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Bring On The Hemp

LdyLunatic

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North Carolina -- Presidents George Washington and Thomas Jefferson both farmed it. The U.S. Navy sailed with it. And today it is used in hundreds of products, from energy bars to auto parts.
Hemp is an agricultural product with an enormous potential, especially in North Carolina, where the idea of legalizing it has been floated several times. But hemp is a cousin of marijuana, and no amount of reasoning about the differences in the two has overcome political fears of being associated with dope. The federal government will hear nothing of it, either.

California and seven other states are on the brink of forcing a showdown on the federal government's refusal to sanction hemp agriculture.

The New York Times reports that Gov. Arnold Schwarzenegger must decide whether he will allow a recently passed hemp bill to become law. He could veto it, sign it, or allow it to become law without his signature.

His decision won't be politically easy. The Office of National Drug Control Policy and California narcotics officers are both opposed. The federal government has been adamant about anything having anything to do with marijuana, even medical marijuana.

The main fear expressed in news articles on the topic is that hemp cultivation would mask marijuana farms. A huge crop of hemp planted alongside marijuana would make it difficult for police to find the marijuana.

That's why North Dakota officials, who want to allow hemp farming, say they are ready to enact tough regulations for hemp growers. They'd register any such farms, open them to inspection, and require their owners to be fingerprinted by authorities.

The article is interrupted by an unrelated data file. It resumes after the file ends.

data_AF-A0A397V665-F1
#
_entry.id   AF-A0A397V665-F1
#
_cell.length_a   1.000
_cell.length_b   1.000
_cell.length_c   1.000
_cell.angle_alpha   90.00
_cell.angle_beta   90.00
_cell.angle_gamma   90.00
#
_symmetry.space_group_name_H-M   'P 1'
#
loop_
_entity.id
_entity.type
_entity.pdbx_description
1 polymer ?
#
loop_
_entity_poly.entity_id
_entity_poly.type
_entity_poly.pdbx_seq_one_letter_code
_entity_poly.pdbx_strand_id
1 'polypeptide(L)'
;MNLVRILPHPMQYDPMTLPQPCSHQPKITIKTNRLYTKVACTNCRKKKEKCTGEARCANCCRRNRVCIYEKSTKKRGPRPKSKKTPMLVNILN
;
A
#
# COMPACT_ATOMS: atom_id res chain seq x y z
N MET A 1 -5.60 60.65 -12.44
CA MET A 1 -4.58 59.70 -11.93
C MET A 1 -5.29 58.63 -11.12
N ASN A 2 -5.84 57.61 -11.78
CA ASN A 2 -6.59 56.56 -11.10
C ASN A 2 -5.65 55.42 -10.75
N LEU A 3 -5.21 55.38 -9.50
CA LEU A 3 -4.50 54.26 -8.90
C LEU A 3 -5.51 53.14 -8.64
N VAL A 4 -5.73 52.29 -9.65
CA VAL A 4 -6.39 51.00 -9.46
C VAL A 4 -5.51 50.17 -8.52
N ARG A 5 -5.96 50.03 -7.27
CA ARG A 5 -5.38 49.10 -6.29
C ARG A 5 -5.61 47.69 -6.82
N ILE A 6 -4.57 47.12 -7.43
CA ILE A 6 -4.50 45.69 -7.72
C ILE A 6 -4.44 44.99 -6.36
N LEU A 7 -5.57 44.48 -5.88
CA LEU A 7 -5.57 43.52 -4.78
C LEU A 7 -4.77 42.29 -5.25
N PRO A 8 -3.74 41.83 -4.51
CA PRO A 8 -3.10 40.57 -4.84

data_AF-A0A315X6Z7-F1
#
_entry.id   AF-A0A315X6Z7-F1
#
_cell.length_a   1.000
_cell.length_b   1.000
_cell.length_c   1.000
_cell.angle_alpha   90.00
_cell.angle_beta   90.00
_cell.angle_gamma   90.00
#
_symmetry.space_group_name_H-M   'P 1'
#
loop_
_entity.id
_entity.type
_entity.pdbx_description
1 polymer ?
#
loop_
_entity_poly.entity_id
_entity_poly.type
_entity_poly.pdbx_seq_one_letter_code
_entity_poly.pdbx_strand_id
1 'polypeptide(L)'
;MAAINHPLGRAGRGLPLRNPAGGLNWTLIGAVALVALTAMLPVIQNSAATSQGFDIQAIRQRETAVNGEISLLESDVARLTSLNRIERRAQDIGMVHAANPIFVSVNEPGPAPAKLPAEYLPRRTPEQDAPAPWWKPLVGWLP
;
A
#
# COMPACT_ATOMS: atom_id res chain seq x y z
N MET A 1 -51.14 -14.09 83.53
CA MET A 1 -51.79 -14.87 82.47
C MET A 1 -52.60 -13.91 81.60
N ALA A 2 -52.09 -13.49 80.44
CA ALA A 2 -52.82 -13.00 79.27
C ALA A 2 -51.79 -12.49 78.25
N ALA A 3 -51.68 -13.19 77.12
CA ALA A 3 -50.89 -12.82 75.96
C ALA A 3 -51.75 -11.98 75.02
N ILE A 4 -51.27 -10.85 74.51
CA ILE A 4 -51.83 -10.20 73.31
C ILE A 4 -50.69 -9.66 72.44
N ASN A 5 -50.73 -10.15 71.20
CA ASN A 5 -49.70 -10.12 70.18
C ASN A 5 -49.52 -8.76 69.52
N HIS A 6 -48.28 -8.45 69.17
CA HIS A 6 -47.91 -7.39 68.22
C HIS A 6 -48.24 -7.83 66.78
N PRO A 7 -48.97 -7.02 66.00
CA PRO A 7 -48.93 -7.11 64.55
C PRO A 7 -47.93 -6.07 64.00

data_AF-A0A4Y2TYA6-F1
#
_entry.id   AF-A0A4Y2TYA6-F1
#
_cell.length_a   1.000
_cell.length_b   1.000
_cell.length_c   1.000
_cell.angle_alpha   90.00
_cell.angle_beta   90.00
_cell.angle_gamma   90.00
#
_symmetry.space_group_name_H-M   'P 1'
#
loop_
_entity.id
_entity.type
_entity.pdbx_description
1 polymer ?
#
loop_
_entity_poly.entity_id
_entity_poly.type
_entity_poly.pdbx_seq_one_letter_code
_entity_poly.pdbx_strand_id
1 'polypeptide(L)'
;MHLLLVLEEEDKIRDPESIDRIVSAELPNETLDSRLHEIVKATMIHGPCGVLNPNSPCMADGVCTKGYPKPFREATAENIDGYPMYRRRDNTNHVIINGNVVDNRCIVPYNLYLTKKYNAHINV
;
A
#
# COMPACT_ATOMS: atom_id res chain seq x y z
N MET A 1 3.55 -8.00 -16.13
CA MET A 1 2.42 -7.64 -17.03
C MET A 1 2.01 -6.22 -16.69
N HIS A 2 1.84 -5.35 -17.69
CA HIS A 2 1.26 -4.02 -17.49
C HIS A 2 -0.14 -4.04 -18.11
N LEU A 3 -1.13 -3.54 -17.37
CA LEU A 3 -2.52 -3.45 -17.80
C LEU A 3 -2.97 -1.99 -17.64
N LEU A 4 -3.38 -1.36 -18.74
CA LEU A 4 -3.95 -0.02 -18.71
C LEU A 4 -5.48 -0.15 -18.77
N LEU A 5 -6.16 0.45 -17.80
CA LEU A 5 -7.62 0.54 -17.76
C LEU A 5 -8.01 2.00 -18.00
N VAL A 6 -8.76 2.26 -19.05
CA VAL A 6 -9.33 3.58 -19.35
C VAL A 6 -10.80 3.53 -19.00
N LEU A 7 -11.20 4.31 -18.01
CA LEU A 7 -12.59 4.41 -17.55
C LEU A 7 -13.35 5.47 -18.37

Back in California, those who support the bill passed by the California legislature contend that a federal appellate court decision backs their position that the federal government has no authority to block hemp cultivation.

More than 30 countries allow the cultivation of hemp. The United States already imports a great deal of that hemp to use in the manufacture of a wide range of products. It appears to make no sense to block hemp production just because it is related to marijuana, especially since it contains only a tiny amount of the chemical that brings about a marijuana high.

There's no certainty that legalized hemp cultivation would be a big hit in North Carolina, or in any of the other states. China controls about 40 percent of the world's production already. But there are big parts of this state that could use a crop that produces a good income, and if the climate and soil here are good for that crop, then farmers should be able to give it a try.

There are ways around the problems associated with hemp's similarities to marijuana. The federal government just has to decide that it wants to pursue those remedies.

Source: Winston-Salem Journal (NC)
Published: September 8, 2006
Copyright: 2006 Piedmont Publishing Co. Inc.
 

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